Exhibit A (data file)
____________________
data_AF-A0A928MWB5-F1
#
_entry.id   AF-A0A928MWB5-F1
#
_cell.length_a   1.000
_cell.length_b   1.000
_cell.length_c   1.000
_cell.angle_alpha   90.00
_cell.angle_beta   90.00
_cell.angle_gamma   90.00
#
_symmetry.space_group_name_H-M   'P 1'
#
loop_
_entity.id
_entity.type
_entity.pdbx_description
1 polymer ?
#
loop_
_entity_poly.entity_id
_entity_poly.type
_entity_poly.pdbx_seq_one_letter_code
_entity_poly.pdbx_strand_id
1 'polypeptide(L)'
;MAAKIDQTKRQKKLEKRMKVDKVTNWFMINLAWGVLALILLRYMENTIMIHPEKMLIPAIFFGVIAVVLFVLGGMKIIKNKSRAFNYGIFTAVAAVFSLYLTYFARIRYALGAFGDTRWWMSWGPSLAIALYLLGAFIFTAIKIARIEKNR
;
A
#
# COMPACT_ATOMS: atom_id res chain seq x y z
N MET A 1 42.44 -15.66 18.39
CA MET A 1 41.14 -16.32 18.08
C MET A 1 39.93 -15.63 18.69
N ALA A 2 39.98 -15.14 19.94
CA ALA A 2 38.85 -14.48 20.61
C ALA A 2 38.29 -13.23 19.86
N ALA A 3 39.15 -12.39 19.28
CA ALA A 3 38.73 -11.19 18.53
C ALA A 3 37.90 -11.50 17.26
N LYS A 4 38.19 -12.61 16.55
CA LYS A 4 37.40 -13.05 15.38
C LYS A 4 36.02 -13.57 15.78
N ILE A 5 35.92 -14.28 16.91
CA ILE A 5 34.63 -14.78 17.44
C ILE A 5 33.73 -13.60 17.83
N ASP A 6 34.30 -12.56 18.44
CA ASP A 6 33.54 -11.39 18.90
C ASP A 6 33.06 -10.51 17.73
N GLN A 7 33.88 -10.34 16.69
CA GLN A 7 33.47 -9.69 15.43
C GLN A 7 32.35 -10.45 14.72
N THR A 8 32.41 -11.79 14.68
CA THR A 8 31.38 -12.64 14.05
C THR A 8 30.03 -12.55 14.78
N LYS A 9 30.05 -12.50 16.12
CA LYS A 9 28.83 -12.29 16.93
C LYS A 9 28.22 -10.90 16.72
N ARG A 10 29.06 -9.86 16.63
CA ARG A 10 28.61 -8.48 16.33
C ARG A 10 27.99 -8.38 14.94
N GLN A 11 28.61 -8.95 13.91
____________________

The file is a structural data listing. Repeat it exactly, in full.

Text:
data_AF-A0A928MWB5-F1
#
_entry.id   AF-A0A928MWB5-F1
#
_cell.length_a   1.000
_cell.length_b   1.000
_cell.length_c   1.000
_cell.angle_alpha   90.00
_cell.angle_beta   90.00
_cell.angle_gamma   90.00
#
_symmetry.space_group_name_H-M   'P 1'
#
loop_
_entity.id
_entity.type
_entity.pdbx_description
1 polymer ?
#
loop_
_entity_poly.entity_id
_entity_poly.type
_entity_poly.pdbx_seq_one_letter_code
_entity_poly.pdbx_strand_id
1 'polypeptide(L)'
;MAAKIDQTKRQKKLEKRMKVDKVTNWFMINLAWGVLALILLRYMENTIMIHPEKMLIPAIFFGVIAVVLFVLGGMKIIKNKSRAFNYGIFTAVAAVFSLYLTYFARIRYALGAFGDTRWWMSWGPSLAIALYLLGAFIFTAIKIARIEKNR
;
A
#
# COMPACT_ATOMS: atom_id res chain seq x y z
N MET A 1 42.44 -15.66 18.39
CA MET A 1 41.14 -16.32 18.08
C MET A 1 39.93 -15.63 18.69
N ALA A 2 39.98 -15.14 19.94
CA ALA A 2 38.85 -14.48 20.61
C ALA A 2 38.29 -13.23 19.86
N ALA A 3 39.15 -12.39 19.28
CA ALA A 3 38.73 -11.19 18.53
C ALA A 3 37.90 -11.50 17.26
N LYS A 4 38.19 -12.61 16.55
CA LYS A 4 37.40 -13.05 15.38
C LYS A 4 36.02 -13.57 15.78
N ILE A 5 35.92 -14.28 16.91
CA ILE A 5 34.63 -14.78 17.44
C ILE A 5 33.73 -13.60 17.83
N ASP A 6 34.30 -12.56 18.44
CA ASP A 6 33.54 -11.39 18.90
C ASP A 6 33.06 -10.51 17.73
N GLN A 7 33.88 -10.34 16.69
CA GLN A 7 33.47 -9.69 15.43
C GLN A 7 32.35 -10.45 14.72
N THR A 8 32.41 -11.79 14.68
CA THR A 8 31.38 -12.64 14.05
C THR A 8 30.03 -12.55 14.78
N LYS A 9 30.05 -12.50 16.12
CA LYS A 9 28.83 -12.29 16.93
C LYS A 9 28.22 -10.90 16.72
N ARG A 10 29.06 -9.86 16.63
CA ARG A 10 28.61 -8.48 16.33
C ARG A 10 27.99 -8.38 14.94
N GLN A 11 28.61 -8.95 13.91